One year of inflation targeting
Speech by Central Bank Governor Svein Gjedrem at the Norwegian School of Management's Centre for Monetary Economics Monday, 10 June 2002
The speech is based on information presented in Norges Bank's Inflation Report 1/2002 and previous speeches
Please note that the text below may differ slightly from the actual presentation.
Norway introduced an inflation target a little over one year ago. The operational objective of monetary policy is low and stable inflation. The inflation target is set at 2½ per cent. As time passes, we will gain experience in inflation targeting. One year is a short period. Inflation over the past year is also the result of the monetary policy conducted prior to the introduction of the inflation target. It might also be interesting to take look at the experience of other countries that have an inflation target.
The last time I gave a lecture at the CME, the title was "Monetary policy, forecasts and market communication". One of the themes was transparency and predictability in the implementation of monetary policy.
Transparency can be defined to mean that the external presentation of decisions is consistent with the internal decision-making process.
In a report published by CEPR (Center for Economic Policy Research) entitled "How Do Central Banks Talk?1 emphasis is placed on the role of transparency in terms of the contribution it makes to the public's understanding and perhaps anticipation of central bank decisions, and the perception that each decision is the logical conclusion of a series of previous and future decisions aimed at attaining a clearly defined objective.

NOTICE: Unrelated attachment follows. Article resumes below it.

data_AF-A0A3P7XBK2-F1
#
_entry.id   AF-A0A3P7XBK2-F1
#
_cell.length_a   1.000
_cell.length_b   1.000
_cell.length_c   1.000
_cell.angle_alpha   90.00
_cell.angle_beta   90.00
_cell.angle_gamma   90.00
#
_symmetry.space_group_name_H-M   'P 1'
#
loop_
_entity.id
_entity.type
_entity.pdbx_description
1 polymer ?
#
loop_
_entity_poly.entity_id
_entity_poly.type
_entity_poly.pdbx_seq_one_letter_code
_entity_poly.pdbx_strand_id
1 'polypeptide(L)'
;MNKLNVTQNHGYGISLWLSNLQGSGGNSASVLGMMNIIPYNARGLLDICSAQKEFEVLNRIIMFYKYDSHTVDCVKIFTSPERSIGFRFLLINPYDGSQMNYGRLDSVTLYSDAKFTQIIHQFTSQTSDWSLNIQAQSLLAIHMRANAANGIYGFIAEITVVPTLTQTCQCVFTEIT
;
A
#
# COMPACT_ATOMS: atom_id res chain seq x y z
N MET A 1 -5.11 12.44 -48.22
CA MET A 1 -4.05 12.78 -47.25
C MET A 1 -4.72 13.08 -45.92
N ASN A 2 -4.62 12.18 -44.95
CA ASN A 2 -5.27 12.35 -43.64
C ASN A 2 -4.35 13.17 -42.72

A measure of transparency can be movements in short-term money market rates following Norges Bank's Executive Board's interest rate meetings. If a change in interest rates is widely expected, it will be priced into the market in advance and the impact on money market rates will be limited when the change occurs.
If we look at 2001 as a whole, the market generally expected a more expansionary monetary stance than the outcome. As a result, money market rates increased after the interest rate meetings. One exception was the December meeting when the deposit rate was reduced by 0.5 percentage point. On average, the market did not expect a reduction of that magnitude at that meeting, and the one-month rate fell by close to 0.2 percentage point. Nor had analysts predicted an interest rate cut of that order. At the interest rate meetings in January and February this year, both market participants and analysts expected a reduction that did not materialise.